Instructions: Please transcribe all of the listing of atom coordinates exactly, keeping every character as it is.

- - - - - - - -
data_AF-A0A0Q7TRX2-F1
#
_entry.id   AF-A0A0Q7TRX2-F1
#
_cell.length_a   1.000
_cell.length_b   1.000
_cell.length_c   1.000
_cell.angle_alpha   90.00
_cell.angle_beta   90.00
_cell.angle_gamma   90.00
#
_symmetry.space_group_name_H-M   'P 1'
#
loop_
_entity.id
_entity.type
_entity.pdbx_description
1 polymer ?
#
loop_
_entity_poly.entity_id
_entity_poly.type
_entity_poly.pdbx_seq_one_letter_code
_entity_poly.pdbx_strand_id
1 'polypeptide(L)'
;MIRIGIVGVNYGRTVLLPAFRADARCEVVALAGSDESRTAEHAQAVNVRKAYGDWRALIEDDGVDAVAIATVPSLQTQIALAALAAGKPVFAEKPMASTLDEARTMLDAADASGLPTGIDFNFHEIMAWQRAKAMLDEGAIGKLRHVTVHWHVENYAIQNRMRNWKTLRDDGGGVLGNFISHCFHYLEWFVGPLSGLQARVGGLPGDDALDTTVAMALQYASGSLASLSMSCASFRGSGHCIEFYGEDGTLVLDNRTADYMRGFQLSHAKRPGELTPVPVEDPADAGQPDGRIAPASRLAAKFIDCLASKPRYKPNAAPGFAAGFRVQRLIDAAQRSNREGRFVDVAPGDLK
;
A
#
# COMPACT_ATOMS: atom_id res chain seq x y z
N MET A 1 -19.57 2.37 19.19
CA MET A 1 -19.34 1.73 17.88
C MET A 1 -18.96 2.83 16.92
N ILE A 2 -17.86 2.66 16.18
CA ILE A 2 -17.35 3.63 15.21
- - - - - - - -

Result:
data_AF-A0A0Q7TRX2-F1
#
_entry.id   AF-A0A0Q7TRX2-F1
#
_cell.length_a   1.000
_cell.length_b   1.000
_cell.length_c   1.000
_cell.angle_alpha   90.00
_cell.angle_beta   90.00
_cell.angle_gamma   90.00
#
_symmetry.space_group_name_H-M   'P 1'
#
loop_
_entity.id
_entity.type
_entity.pdbx_description
1 polymer ?
#
loop_
_entity_poly.entity_id
_entity_poly.type
_entity_poly.pdbx_seq_one_letter_code
_entity_poly.pdbx_strand_id
1 'polypeptide(L)'
;MIRIGIVGVNYGRTVLLPAFRADARCEVVALAGSDESRTAEHAQAVNVRKAYGDWRALIEDDGVDAVAIATVPSLQTQIALAALAAGKPVFAEKPMASTLDEARTMLDAADASGLPTGIDFNFHEIMAWQRAKAMLDEGAIGKLRHVTVHWHVENYAIQNRMRNWKTLRDDGGGVLGNFISHCFHYLEWFVGPLSGLQARVGGLPGDDALDTTVAMALQYASGSLASLSMSCASFRGSGHCIEFYGEDGTLVLDNRTADYMRGFQLSHAKRPGELTPVPVEDPADAGQPDGRIAPASRLAAKFIDCLASKPRYKPNAAPGFAAGFRVQRLIDAAQRSNREGRFVDVAPGDLK
;
A
#
# COMPACT_ATOMS: atom_id res chain seq x y z
N MET A 1 -19.57 2.37 19.19
CA MET A 1 -19.34 1.73 17.88
C MET A 1 -18.96 2.83 16.92
N ILE A 2 -17.86 2.66 16.18
CA ILE A 2 -17.35 3.63 15.21